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From the mountains to the sea: Searching for relief in fresh places

Exhaustion builds in a long season, providing a reminder to slow down

Columnist Kayla Heidenreich watches as the sun rises above the top of the line on the Cropley Chute, near the Eaglecrest Ski Area on Douglas Island — west of Juneau, Alaska. (Photo by Kayla Heidenreich)
By Kayla Heidenreich CDN Contributor

JUNEAU, Alaska — The 7 a.m. air feels sharp against my skin and cleansing to my lungs. I watch as the sun slowly wakes up our tiny corner of the world, softly creeping its way up the mountain walls and glistening off the ocean’s surface.

I take one last sip of my warm coffee, throw the Thermos into my backpack and strap into my split board, teetering on the edge of the 1,500-vertical-foot line. I close my eyes, releasing any superficial chatter that usually nibbles at my mind, and let myself tune in to the mountain.

I drop in right as the sun finishes painting the whole mountain face gold. My first couple of turns are scratchy, as I expected, knowing the wind howled through the mountain peaks the night prior and transported snow off the ridges. I go slow, ensuring confidence in each turn I make.

As I make my way down the first third of the line, the snow deepens and I no longer feel the bottom. I widen my turns, increasing my speed as if shifting gears in a car. The sunlight dances as it bounces off the untouched snow. Adrenaline intertwines with the feelings of freedom, creativity, confidence and trust as I fly down the face of the mountain — kicking up clouds of sparkly white with every turn I make.

My line squiggles its way down the gut of the chute — an ephemeral co-creation between the mountain and me. I watch my two friends, and fellow ski patrollers, hoot and holler as they leave their own squiggly pieces of art in the snow.

Columnist Kayla Heidenreich and crew boot pack the steep final pitch of their morning ascent. (Photo by Kayla Heidenreich)

We got the line in pristine conditions, and it wasn’t due to luck; rather a whole season of studying the snowpack and waiting for the right time. When the portal opened, we jumped in. It was well worth the wait.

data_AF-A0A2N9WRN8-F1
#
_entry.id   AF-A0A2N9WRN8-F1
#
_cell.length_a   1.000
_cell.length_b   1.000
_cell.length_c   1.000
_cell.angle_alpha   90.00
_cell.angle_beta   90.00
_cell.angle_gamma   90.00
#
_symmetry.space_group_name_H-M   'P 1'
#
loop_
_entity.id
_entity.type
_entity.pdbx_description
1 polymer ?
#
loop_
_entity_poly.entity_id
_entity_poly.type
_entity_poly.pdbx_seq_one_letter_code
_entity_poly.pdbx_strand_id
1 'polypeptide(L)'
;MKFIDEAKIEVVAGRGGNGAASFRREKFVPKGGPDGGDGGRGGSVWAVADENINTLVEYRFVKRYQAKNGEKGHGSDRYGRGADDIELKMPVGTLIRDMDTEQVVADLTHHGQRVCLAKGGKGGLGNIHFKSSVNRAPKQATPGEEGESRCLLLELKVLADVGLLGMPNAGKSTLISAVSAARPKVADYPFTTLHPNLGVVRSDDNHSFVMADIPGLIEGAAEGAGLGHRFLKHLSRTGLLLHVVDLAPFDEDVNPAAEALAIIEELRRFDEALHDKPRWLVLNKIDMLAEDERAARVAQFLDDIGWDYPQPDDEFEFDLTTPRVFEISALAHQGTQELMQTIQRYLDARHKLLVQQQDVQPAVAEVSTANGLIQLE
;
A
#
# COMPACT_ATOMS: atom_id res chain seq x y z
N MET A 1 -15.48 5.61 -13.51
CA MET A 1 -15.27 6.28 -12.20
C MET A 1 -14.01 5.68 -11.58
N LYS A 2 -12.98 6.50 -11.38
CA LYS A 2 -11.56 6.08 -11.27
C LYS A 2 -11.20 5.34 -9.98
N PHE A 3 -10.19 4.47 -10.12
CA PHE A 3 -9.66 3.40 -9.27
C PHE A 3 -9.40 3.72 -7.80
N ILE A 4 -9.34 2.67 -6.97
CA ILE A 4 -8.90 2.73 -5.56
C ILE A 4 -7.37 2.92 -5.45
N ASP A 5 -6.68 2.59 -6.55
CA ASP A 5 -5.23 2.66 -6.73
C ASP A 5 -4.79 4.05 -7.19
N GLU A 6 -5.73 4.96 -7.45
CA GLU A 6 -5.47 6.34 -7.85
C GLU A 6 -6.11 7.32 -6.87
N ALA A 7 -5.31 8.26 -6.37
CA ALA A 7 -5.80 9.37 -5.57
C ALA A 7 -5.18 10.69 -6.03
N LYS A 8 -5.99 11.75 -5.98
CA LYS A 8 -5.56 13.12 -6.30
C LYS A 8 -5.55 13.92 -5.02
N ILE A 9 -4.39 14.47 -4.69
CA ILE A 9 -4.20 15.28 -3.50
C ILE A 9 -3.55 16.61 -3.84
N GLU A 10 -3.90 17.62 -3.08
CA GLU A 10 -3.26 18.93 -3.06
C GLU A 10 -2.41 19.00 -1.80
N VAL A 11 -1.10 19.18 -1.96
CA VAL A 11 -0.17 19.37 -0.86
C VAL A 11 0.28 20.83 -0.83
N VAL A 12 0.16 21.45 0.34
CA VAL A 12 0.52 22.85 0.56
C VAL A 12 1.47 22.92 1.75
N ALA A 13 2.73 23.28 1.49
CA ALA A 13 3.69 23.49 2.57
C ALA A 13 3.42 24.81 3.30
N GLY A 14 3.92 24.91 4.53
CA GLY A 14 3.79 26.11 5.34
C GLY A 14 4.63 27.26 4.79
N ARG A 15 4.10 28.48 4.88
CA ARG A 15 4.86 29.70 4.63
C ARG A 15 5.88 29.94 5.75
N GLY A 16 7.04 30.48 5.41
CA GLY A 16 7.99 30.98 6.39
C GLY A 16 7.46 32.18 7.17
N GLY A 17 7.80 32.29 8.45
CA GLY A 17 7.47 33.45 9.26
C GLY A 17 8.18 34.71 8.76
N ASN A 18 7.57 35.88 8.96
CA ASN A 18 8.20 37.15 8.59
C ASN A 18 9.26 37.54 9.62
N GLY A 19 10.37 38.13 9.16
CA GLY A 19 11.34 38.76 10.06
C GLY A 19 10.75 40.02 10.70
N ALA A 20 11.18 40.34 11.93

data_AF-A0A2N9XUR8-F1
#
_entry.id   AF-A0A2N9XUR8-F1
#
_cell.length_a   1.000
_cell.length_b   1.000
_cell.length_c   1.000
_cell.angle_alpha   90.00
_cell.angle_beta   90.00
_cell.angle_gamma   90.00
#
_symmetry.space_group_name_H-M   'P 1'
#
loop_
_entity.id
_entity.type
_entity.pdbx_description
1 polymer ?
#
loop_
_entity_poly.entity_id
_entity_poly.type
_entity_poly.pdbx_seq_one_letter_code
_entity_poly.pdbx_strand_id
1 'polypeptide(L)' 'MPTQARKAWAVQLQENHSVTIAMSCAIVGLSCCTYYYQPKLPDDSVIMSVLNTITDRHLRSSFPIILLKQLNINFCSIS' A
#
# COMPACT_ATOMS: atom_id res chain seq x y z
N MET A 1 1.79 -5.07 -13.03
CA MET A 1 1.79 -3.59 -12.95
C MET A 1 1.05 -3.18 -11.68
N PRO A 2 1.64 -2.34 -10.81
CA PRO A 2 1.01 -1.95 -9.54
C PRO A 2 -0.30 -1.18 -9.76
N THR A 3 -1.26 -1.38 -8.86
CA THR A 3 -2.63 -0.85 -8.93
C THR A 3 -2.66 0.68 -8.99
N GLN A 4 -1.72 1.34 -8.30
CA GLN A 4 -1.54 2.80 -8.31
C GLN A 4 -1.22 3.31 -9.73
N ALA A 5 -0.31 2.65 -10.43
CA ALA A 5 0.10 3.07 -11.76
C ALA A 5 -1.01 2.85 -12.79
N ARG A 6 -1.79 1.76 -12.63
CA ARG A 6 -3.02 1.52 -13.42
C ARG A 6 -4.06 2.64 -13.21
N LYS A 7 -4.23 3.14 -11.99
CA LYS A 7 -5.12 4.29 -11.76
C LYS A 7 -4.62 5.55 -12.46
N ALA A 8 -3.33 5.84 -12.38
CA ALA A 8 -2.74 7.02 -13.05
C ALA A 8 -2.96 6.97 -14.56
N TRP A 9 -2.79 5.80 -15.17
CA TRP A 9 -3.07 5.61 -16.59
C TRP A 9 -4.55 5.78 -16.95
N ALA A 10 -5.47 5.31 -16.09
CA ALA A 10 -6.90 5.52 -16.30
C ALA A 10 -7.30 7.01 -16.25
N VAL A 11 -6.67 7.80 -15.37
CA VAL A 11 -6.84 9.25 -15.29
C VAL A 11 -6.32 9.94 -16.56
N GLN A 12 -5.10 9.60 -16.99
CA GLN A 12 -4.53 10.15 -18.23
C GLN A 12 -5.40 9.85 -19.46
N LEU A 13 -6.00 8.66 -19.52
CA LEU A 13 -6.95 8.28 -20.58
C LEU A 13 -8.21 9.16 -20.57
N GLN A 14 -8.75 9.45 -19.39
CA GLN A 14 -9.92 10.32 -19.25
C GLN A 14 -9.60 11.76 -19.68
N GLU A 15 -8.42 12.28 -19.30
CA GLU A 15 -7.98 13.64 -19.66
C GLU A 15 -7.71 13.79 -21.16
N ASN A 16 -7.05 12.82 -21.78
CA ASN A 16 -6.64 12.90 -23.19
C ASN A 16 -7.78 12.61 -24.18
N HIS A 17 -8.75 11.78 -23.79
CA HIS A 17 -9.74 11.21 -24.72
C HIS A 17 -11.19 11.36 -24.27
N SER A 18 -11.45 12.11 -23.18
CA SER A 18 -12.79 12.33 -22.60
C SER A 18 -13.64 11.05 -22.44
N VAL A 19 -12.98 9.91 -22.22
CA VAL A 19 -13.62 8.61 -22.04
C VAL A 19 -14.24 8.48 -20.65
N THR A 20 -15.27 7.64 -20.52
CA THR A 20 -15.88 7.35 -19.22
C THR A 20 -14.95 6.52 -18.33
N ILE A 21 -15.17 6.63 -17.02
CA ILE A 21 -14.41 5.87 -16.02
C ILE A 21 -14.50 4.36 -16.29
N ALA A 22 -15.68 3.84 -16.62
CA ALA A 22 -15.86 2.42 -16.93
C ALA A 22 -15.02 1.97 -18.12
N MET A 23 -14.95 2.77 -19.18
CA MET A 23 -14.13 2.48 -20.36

I look down at my watch; we have 15 minutes to clock into work. We traverse across a frozen lake, duck Eaglecrest Ski Area’s boundary line and dart our way down the mountain, into the lodge. We shimmy into our patrol jackets as I fight back a yawn and our patrol director starts our morning meeting.

This season, I have deepened my connection with the mountains. From riding more technical lines to diving into the world of snow science, I am starting to understand the language mountains speak.

Funny enough, the more I learn, the more fear I have.

I’ve learned that fear is a good thing — a superpower that keeps you alive. It heightens your senses and helps you pick up on subtle changes. Every time I am teetering on the edge of a line, I focus on harnessing that fear and using it to help me tune into what the mountain is saying.

I have been on the mountain almost every day this season, whether it be for work or my own recreation. With how wacky this winter has been, I have felt the pressure to make every day and every weather window count, even if it means a 4 a.m. wake-up to hit a line before work.

While this has helped me strengthen my relationship with the mountains, it has also started to take a toll on my body. My knees ache from the repetitive stress, my back winds tighter each day, and some days, my feet are too swollen to shove into boots. I know I need to give my body a break.

Floating in the ocean for an unknown amount of time, columnist Kayla Heidenreich is reminded her joy isn’t from the adrenaline of snowboarding, but from “the feeling of solitude” the environment brings. (Photo courtesy of Malia Kellerman)

As I sit in the patrol shack, looking out at our morning mission’s tracks with my feet up, boots off, fighting to keep my eyes open, I know I need to take a break. I grab a piece of paper and scribble, “Goal this weekend: Find a new way to move my body that is not snowboarding and be happy about it.” I shove the note in my pocket and leave my skins in the top shack, making snowboarding inaccessible to me for the weekend.

I wake up on my first day off, feeling the overwhelming weight of missing out on a prime weather window. The sun pulses in the sky for the last time in the next forecastable period. It is supposed to warm up and rain all week, chipping away at our already lean snowpack. I can’t believe I left my skins in the patrol shack. I need something to distract myself. A new way to move my body.

The crisp 20-degree air bites my cheeks as I let the small waves lap at my ankles. My wetsuit clings to my body and, in a weird way, feels comforting.

I’ve never been a big water gal, and that familiar feeling of fear — mixed with excitement — bubbles up in my chest, reminding me to slow down, take a breath, and tune into my environment.

I let the ocean cradle me, the current loosening my tense body one pulse at a time. I am reminded it isn’t always about the next big line, but rather the feeling of solitude that comes with immersing myself into the environment — mountains or sea.

CDN outdoors columnist Kayla Heidenreich writes monthly, of late from Juneau and beyond. Reach her at

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